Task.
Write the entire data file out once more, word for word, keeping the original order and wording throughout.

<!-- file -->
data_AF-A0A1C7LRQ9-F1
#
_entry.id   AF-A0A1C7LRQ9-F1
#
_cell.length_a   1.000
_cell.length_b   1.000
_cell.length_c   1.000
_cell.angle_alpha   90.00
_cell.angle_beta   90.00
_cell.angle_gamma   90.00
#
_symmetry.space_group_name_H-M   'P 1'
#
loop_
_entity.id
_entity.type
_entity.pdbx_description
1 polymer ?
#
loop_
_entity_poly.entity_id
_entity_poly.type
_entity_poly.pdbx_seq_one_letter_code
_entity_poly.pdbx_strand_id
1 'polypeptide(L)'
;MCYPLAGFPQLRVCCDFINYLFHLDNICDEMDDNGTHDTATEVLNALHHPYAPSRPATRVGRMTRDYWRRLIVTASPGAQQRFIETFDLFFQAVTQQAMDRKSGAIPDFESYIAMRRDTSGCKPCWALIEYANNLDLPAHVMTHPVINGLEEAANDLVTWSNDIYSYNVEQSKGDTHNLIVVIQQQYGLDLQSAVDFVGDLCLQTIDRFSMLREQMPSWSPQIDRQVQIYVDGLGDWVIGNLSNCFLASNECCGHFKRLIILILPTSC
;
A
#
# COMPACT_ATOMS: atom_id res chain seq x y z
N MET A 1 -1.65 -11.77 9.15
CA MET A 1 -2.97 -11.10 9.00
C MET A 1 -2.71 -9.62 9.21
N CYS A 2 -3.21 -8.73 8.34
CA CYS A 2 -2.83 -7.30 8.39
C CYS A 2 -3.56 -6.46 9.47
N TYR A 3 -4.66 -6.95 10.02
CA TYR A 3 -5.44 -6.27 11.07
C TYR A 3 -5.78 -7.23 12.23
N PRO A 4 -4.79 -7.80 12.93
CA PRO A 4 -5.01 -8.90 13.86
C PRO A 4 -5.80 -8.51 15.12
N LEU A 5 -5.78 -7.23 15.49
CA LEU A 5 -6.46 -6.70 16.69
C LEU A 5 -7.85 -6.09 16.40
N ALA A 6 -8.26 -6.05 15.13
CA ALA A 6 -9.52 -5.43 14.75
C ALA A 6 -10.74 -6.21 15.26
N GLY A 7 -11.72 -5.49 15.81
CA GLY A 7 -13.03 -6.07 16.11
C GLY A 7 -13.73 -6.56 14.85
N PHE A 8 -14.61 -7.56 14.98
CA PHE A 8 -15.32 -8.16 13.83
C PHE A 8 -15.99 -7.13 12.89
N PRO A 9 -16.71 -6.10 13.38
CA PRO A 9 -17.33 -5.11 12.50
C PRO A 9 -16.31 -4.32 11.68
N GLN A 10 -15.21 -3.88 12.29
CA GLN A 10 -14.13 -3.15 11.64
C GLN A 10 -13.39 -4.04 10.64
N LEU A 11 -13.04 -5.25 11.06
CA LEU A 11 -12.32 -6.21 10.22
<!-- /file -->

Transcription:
data_AF-A0A1C7LRQ9-F1
#
_entry.id   AF-A0A1C7LRQ9-F1
#
_cell.length_a   1.000
_cell.length_b   1.000
_cell.length_c   1.000
_cell.angle_alpha   90.00
_cell.angle_beta   90.00
_cell.angle_gamma   90.00
#
_symmetry.space_group_name_H-M   'P 1'
#
loop_
_entity.id
_entity.type
_entity.pdbx_description
1 polymer ?
#
loop_
_entity_poly.entity_id
_entity_poly.type
_entity_poly.pdbx_seq_one_letter_code
_entity_poly.pdbx_strand_id
1 'polypeptide(L)'
;MCYPLAGFPQLRVCCDFINYLFHLDNICDEMDDNGTHDTATEVLNALHHPYAPSRPATRVGRMTRDYWRRLIVTASPGAQQRFIETFDLFFQAVTQQAMDRKSGAIPDFESYIAMRRDTSGCKPCWALIEYANNLDLPAHVMTHPVINGLEEAANDLVTWSNDIYSYNVEQSKGDTHNLIVVIQQQYGLDLQSAVDFVGDLCLQTIDRFSMLREQMPSWSPQIDRQVQIYVDGLGDWVIGNLSNCFLASNECCGHFKRLIILILPTSC
;
A
#
# COMPACT_ATOMS: atom_id res chain seq x y z
N MET A 1 -1.65 -11.77 9.15
CA MET A 1 -2.97 -11.10 9.00
C MET A 1 -2.71 -9.62 9.21
N CYS A 2 -3.21 -8.73 8.34
CA CYS A 2 -2.83 -7.30 8.39
C CYS A 2 -3.56 -6.46 9.47
N TYR A 3 -4.66 -6.95 10.02
CA TYR A 3 -5.44 -6.27 11.07
C TYR A 3 -5.78 -7.23 12.23
N PRO A 4 -4.79 -7.80 12.93
CA PRO A 4 -5.01 -8.90 13.86
C PRO A 4 -5.80 -8.51 15.12
N LEU A 5 -5.78 -7.23 15.49
CA LEU A 5 -6.46 -6.70 16.69
C LEU A 5 -7.85 -6.09 16.40
N ALA A 6 -8.26 -6.05 15.13
CA ALA A 6 -9.52 -5.43 14.75
C ALA A 6 -10.74 -6.21 15.26
N GLY A 7 -11.72 -5.49 15.81
CA GLY A 7 -13.03 -6.07 16.11
C GLY A 7 -13.73 -6.56 14.85
N PHE A 8 -14.61 -7.56 14.98
CA PHE A 8 -15.32 -8.16 13.83
C PHE A 8 -15.99 -7.13 12.89
N PRO A 9 -16.71 -6.10 13.38
CA PRO A 9 -17.33 -5.11 12.50
C PRO A 9 -16.31 -4.32 11.68
N GLN A 10 -15.21 -3.88 12.29
CA GLN A 10 -14.13 -3.15 11.64
C GLN A 10 -13.39 -4.04 10.64
N LEU A 11 -13.04 -5.25 11.06
CA LEU A 11 -12.32 -6.21 10.22